Sign Up for Our Newsletter


A Familiar Plan of Action
President Obama's State of the Union speech reiterates his determination to reduce carbon pollution from power plants.

By a president’s fifth State of the Union address, perhaps it’s only natural to feel a sense of déjà vu. How many times now have we heard President Obama declare in major speeches—as he did last night—that the science is settled and climate change is a fact?

Still, for those who recognize it as an existential threat to human civilization, the president’s willingness to acknowledge the issue and put it high on his agenda is important, especially when he follows up with a specific plan of action—even if, again, it’s one we’ve heard before.

“We have to act with more urgency,” Obama declared last night, “because a changing climate is already harming Western communities struggling with drought and coastal cities dealing with floods. That's why I directed my administration to work with states, utilities, and others to set new standards on the amount of carbon pollution our power plants are allowed to dump into the air.”

Those standards on existing power plants, which produce about 40 percent of the nation's carbon pollution, have been in the works for about a year now, since shortly after Obama’s second inaugural address last January, when he surprised pundits by positioning global warming as a top priority of his second-term agenda. The president declared that failure to act “would betray our children and future generations.”

He reiterated his commitment—and willingness to go it alone, using executive actions that don’t require the consent of Congress—during last year’s State of the Union in February. Then in June, the president announced that he was ordering the Environmental Protection Agency to start crafting the power plant standards, which it has the authority to do under the Clean Air Act. (The approach was originally conceived by NRDC, which publishes OnEarth.)

Obama made that announcement outside on a scorching summer day, taking off his suit jacket, rolling up his sleeves, and mopping sweat from his brow. No one was making “so much for global warming” jokes that day. But Tuesday night as he spoke to Congress (indoors), parts of the country were just emerging from the grip of a freak polar vortex. So in typical fashion, those who hope to stifle Obama’s environmental agenda decided to have a little fun with the fact that the president was talking about “the perils of global warming in the middle of a cold snap.”

Fortunately, the president hasn’t let scientific know-nothings (including those in the chamber he addressed last night) deter him from confronting climate change’s very real impacts—which might, in fact, include the polar vortex, along with floods, drought, wildfires, and many other types of extreme weather.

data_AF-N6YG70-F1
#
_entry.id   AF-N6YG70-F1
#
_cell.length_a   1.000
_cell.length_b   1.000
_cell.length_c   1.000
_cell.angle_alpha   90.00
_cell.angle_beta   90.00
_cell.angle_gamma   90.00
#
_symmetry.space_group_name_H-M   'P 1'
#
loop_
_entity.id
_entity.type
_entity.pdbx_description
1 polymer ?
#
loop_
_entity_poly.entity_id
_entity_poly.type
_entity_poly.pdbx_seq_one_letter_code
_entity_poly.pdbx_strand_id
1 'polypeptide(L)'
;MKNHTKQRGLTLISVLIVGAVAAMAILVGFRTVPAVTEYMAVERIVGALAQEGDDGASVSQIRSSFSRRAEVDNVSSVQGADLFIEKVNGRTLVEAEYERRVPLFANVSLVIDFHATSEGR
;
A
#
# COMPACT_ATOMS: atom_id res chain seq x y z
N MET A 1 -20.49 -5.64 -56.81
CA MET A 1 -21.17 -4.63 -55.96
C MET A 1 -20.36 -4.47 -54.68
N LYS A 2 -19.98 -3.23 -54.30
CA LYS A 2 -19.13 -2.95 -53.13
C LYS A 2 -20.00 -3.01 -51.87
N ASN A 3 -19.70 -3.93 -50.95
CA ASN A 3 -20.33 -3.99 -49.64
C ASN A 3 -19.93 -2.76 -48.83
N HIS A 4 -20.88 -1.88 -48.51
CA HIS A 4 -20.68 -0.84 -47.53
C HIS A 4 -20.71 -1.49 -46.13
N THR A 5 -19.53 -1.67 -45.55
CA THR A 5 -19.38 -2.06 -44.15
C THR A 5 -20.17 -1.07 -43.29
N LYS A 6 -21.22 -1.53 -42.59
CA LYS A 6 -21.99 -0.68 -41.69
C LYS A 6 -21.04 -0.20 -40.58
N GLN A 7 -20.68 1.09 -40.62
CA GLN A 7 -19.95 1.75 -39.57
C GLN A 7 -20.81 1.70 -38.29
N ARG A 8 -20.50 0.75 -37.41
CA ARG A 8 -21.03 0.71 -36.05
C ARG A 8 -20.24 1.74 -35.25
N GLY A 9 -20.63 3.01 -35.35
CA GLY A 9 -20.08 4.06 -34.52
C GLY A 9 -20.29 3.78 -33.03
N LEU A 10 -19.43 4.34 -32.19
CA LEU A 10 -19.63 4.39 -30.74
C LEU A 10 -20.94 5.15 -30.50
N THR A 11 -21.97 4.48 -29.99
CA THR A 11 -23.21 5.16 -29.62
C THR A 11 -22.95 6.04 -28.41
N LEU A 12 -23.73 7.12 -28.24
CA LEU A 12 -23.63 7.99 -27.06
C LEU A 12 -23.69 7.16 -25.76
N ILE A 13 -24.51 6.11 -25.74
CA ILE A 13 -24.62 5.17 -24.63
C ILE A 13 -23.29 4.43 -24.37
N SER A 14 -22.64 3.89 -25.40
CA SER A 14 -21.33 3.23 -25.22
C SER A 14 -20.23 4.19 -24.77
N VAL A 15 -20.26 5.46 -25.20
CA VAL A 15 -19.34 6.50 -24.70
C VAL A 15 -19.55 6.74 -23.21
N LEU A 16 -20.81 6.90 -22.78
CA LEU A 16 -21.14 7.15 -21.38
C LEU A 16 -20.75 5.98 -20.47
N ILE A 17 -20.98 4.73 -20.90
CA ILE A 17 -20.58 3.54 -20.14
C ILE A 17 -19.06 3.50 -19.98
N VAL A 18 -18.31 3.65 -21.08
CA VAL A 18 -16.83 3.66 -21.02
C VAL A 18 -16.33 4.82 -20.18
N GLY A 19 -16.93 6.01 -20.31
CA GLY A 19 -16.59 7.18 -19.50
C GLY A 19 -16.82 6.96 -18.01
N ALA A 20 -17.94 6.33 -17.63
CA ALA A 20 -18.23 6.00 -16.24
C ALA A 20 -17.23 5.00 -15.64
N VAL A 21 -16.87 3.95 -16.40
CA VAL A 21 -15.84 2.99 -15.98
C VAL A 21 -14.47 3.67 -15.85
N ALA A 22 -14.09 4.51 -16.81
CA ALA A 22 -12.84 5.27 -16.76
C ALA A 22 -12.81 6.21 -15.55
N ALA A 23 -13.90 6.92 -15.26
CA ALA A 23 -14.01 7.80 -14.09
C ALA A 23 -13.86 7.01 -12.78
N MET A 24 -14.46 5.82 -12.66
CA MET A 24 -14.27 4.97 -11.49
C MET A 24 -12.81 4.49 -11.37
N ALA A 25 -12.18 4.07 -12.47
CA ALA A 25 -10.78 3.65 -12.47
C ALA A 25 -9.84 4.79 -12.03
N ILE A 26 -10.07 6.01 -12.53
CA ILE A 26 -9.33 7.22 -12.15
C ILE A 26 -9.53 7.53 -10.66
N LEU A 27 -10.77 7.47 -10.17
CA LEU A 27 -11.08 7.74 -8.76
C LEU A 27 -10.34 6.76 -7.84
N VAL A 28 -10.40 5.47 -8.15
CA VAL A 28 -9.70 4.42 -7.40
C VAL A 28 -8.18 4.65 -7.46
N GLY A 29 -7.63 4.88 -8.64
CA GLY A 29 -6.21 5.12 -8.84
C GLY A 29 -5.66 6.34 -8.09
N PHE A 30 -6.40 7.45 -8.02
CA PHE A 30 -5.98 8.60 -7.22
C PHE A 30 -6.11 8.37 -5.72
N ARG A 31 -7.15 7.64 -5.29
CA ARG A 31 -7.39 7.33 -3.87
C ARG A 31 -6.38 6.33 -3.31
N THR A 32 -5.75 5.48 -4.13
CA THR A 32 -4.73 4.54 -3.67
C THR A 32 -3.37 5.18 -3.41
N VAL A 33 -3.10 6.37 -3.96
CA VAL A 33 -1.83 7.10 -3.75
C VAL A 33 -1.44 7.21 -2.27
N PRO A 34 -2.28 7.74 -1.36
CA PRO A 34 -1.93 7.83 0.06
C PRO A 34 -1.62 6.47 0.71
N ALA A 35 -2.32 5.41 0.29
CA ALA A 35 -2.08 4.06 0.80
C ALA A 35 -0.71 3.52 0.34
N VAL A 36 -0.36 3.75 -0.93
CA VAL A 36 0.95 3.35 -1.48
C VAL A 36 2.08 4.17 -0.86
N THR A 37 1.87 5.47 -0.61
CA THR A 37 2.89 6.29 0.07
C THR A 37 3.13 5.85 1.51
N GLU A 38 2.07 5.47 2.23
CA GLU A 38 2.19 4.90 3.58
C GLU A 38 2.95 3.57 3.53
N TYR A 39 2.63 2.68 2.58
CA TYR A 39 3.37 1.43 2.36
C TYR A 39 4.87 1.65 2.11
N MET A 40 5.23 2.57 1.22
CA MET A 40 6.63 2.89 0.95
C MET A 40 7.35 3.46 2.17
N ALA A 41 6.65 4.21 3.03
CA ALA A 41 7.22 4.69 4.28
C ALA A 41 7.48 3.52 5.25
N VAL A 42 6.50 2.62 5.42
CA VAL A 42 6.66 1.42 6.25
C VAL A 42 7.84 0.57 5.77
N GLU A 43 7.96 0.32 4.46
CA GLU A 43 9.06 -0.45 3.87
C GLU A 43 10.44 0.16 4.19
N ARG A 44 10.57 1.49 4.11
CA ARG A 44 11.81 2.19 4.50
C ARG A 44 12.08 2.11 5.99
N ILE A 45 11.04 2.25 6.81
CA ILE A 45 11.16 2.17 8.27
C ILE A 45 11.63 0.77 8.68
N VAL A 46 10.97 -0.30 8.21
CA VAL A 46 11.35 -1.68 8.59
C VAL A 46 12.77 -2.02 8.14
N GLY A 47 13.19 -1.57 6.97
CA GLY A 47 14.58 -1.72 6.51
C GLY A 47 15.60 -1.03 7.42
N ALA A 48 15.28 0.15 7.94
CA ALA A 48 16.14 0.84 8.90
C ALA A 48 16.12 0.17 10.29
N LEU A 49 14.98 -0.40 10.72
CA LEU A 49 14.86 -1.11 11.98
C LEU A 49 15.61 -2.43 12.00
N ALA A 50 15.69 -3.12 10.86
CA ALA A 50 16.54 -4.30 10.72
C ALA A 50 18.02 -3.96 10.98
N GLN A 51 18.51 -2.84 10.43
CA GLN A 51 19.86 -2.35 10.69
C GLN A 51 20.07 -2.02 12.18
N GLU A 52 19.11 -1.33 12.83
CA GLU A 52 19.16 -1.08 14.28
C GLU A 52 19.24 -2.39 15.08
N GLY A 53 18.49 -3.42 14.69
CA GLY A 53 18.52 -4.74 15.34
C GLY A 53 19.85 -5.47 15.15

Even before calling for stricter power plant standards (drafts of which are due from the EPA this summer), Obama had taken action by obtaining $90 billion in stimulus funds for clean tech development—a success story regardless of what “60 Minutes” says—and requiring new cars to achieve 54.5 miles per gallon by 2025. In his speech last night, Obama said he would expand those now-familiar efforts, making trucks more fuel efficient and trying to end $4 billion a year in government subsidies for the fossil fuel industry (which hardly needs a handout) and bolster solar power instead.

Whatever the temperature outside, it’s encouraging that Obama intends to keep rolling up his sleeves and making progress on climate change, even if last night offered no splashy new initiatives. “When our children's children look us in the eye,” he said, “and ask if we did all we could to leave them a safer, more stable world, with new sources of energy, I want us to be able to say yes, we did.”

Sounds familiar, but who cares? It's good.

Like this article? Donate to NRDC to support OnEarth's groundbreaking nonprofit journalism.

image of Scott Dodd
Scott Dodd is the editorial director of NRDC, which publishes OnEarth. He was a newspaper reporter for 12 years, contributing to coverage of Hurricane Katrina that won a Pulitzer Prize, and has written for Scientific American, Slate, and other publications. CJR praised his expansion of as an outlet for "bang-up investigative journalism." He also teaches at Columbia University. MORE STORIES ➔